Domestic violence can be broadly defined as a pattern of abusive or controlling behaviors in an intimate relationship. Partners may be married or not; heterosexual, gay, or lesbian; living together, separated or dating.
Violence such as physical assault, unwanted or forced sexual activity, and stalking may be criminal. Emotional, psychological and financial abuse may not be criminal but they are forms of abuse and can lead to criminal violence.
Examples of abuse include:
- verbally insulting or humiliating a partner
- keeping a partner from contacting their family or friends
- withholding money
- preventing a partner from getting or keeping a job
- physical aggression
- threatening physical harm
- sexual assault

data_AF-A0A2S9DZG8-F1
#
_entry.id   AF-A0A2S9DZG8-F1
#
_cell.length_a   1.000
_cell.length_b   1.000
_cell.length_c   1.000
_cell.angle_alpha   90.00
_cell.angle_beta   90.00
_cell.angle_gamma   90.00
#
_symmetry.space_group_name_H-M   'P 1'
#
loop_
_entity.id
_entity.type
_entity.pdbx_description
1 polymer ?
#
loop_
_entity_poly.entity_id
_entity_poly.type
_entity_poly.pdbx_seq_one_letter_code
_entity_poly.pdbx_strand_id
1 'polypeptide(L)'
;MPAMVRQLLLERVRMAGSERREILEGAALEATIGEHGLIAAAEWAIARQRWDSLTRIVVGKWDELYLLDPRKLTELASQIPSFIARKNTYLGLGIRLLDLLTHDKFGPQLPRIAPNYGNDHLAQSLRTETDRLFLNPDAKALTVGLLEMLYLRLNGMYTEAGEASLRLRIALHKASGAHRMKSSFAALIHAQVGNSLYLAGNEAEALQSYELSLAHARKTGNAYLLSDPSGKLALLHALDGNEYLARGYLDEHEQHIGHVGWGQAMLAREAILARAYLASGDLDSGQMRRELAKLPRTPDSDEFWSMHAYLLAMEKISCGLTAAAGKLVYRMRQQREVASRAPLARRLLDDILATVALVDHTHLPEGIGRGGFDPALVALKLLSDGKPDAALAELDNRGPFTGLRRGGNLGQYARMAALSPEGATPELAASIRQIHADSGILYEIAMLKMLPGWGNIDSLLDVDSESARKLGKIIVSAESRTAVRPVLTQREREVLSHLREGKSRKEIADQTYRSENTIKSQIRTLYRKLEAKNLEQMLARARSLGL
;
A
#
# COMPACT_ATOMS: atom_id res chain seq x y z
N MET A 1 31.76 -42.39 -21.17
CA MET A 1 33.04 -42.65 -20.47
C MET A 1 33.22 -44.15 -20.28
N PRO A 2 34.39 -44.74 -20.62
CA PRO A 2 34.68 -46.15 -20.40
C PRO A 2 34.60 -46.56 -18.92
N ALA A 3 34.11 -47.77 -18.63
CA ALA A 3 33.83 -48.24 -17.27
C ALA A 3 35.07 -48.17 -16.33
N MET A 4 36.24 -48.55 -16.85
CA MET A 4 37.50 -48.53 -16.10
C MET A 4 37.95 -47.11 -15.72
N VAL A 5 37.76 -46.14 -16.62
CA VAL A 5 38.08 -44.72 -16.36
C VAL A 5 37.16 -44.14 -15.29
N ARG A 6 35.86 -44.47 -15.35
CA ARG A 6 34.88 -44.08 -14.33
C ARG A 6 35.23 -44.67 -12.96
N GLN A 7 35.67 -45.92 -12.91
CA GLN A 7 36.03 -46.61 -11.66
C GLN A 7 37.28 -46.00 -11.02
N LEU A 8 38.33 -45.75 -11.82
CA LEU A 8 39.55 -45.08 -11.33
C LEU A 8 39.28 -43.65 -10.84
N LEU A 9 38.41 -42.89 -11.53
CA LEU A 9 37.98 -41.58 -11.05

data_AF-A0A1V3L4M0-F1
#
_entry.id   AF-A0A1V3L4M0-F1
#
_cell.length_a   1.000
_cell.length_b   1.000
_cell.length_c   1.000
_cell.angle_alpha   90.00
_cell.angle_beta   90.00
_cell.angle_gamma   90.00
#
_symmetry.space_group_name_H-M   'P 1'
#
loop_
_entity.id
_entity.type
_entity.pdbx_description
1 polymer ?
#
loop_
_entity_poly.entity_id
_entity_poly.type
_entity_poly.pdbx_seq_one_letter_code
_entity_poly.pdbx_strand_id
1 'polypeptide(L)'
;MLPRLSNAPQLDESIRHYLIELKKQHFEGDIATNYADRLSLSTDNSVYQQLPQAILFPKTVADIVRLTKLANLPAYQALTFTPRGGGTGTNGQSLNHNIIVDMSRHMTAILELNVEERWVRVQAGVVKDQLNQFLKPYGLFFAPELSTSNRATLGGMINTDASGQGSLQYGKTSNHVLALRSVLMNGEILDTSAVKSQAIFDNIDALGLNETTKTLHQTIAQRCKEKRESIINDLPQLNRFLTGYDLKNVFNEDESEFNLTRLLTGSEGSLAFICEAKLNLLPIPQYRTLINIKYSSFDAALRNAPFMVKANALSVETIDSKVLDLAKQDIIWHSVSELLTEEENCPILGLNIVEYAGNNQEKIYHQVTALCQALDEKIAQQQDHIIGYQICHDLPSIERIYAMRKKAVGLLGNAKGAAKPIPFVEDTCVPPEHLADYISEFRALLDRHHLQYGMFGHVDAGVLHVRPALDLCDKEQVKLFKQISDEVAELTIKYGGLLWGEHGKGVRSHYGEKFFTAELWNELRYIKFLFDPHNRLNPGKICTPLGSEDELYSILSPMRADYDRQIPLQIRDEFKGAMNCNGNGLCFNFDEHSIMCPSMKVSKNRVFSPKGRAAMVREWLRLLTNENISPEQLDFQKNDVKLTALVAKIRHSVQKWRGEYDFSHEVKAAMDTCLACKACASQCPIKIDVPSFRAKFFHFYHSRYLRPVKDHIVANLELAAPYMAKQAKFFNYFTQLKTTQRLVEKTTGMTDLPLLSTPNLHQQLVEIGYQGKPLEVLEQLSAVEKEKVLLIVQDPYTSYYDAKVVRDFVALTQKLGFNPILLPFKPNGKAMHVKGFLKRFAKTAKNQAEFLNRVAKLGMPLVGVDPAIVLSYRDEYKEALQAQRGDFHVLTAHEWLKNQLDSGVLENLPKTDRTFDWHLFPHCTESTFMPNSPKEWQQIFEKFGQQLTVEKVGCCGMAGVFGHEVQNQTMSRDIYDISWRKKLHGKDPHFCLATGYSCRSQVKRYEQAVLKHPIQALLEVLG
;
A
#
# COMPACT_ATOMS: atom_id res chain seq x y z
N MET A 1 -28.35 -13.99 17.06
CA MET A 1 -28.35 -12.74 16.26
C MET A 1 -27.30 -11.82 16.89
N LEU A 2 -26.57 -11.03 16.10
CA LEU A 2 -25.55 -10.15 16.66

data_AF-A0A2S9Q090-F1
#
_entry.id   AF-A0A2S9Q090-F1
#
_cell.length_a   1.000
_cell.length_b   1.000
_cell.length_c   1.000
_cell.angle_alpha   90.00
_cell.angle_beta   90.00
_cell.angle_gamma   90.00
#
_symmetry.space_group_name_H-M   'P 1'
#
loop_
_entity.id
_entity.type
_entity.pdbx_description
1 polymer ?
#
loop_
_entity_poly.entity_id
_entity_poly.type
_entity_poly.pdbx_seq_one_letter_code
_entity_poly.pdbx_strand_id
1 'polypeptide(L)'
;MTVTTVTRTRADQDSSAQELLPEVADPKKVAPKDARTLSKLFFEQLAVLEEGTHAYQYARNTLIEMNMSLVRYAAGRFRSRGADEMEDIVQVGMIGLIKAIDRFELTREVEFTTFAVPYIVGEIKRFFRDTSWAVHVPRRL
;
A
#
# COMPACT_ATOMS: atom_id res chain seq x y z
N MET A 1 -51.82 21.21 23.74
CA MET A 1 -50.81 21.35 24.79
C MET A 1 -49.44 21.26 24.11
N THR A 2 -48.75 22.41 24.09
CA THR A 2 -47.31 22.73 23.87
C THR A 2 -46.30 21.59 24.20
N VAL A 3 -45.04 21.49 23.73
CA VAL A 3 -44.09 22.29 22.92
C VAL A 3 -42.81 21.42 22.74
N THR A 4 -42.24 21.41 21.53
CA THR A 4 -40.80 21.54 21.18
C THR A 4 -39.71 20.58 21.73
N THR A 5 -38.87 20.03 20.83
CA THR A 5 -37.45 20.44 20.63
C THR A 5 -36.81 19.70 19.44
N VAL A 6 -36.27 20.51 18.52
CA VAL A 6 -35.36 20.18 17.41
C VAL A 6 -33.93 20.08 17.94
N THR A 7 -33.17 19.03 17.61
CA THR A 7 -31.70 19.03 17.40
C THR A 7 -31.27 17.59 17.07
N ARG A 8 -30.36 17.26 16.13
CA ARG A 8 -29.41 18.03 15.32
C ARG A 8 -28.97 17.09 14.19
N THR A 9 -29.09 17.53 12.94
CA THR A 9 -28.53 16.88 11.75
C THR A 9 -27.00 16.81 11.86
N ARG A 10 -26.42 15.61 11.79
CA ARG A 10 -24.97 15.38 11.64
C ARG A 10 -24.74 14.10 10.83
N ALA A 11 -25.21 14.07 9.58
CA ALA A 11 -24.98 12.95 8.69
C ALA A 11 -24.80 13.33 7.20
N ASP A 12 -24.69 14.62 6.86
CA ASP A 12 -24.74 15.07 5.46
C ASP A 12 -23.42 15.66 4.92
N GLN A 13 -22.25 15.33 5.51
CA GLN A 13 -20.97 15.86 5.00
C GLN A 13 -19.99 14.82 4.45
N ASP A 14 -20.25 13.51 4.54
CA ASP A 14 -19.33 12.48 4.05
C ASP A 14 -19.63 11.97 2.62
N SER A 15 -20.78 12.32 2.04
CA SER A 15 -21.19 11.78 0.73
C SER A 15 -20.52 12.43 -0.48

- damaging a partner’s property
Domestic violence is also known as domestic abuse, spousal abuse, family violence and intimate partner violence.
Impact on Children
Children who grow up with frequent exposure to violence in the home are prone to numerous social and psychological problems. As adults they are at increased risk of becoming a new generation of victims and abusers, because they are taught from an early age that violence is a normal part of life.
For more information, contact a shelter or rape crisis center near you » or call the National Sexual Assault Hotline at 1-800-656-HOPE.
We recognize that people experiencing crime have varied needs. For information about other resources that may be helpful to you, please see 211info.org»